Roman temple of Bziza
The Roman temple of Bziza is a well-preserved first century AD building dedicated to Azizos, a personification of the morning star in Canaanite mythology. The temple was converted into a church and underwent architectural modification during two phases of Christianization; in the Early Byzantine period and later in the Middle Ages. The church, colloquially known until modern times as the Lady of the Pillars, fell into disrepair.
About Roman temple of Bziza in brief
The Roman temple of Bziza is a well-preserved first century AD building dedicated to Azizos, a personification of the morning star in the Canaanite mythology. In 64 BC, the Roman general Pompey annexed Phoenicia to the Roman province of Syria after years of disorderly power vacuum caused by the Seleucid dynastic wars. The temple was converted into a church and underwent architectural modification during two phases of Christianization; in the Early Byzantine period and later in the Middle Ages. The church, colloquially known until modern times as the Lady of the Pillars, fell into disrepair. Despite the church’s condition, Christian devotion was still maintained in the nineteenth century in one of the temple’s niches. A policy of repression and persecution of paganism was initiated during the reign of Constantine I when he ordered the pillaging and destruction of Roman temples. In 1838, French orientalist painters Antoine-Alphonse Montfort and François Lehoux visited and painted the temple ruins. In the early twentieth century, German architectural historian Daniel Krencker conducted a survey of the ruins. According to the Nineteenth-century photographs, the chapel remains had been removed and the oak tree that took root inside of the chapel had been cut down for use in a new church. In 1860, French Semitic languages and civilizations expert Ernest Renan visited the temple and attributed it to Beth Azizo, a corruption of the Phoenician word for temple.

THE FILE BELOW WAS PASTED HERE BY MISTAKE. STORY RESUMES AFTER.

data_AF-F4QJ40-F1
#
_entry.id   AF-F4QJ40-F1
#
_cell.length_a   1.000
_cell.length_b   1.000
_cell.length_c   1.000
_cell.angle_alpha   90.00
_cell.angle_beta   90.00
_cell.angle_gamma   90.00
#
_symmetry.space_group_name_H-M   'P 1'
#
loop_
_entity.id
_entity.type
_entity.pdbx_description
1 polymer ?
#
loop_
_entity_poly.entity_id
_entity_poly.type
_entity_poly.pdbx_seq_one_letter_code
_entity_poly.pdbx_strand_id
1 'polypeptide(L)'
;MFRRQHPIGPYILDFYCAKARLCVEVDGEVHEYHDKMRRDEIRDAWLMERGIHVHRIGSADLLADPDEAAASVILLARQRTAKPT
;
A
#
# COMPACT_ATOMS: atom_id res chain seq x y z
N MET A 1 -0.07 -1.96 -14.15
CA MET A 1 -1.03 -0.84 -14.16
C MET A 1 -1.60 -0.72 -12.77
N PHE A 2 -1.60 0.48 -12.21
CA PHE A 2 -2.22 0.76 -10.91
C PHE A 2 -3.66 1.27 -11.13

Bziz is the name of the town’s main street, which is now a main street of the Lebanese city of Beirut. It is also known as the Temple of Our Lady of The Pillars and is featured on multiple stamps issued by the Lebanese state. It was built during the Julio-Claudian dynasty in the first centuryAD, at a time when Roman hegemony over the region was still being consolidated. The Phoenicians perpetuated the ancient tradition of building high-altitude sanctuaries and sacred precincts. Temples were situated on or overlooking mountain summits that were believed to be sacred dwellings of the gods and giants, guarded by archaic men and wild beasts. Under the influence of suzerain powers, Phoenican temples were Hellenized then Romanized while maintaining balance between foreign elements and Semitic architectural archetypes, among which are tower altars, temenoi and cellas with elevated adytons. The temple ofBziza adheres to this model, which characterized RomanizedPhoenician temples. It is believed that the temple was built to honor the god Ares, who was identified as Ares by Julian the Apostate. It has two doors that connect the pronaos to a square cella. The ancient temple functioned as an aedes, the dwelling place of the deity. It underwent further structural modifications during the twelfth and the thirteenth century and is now called the Church of OurLady of thepillars.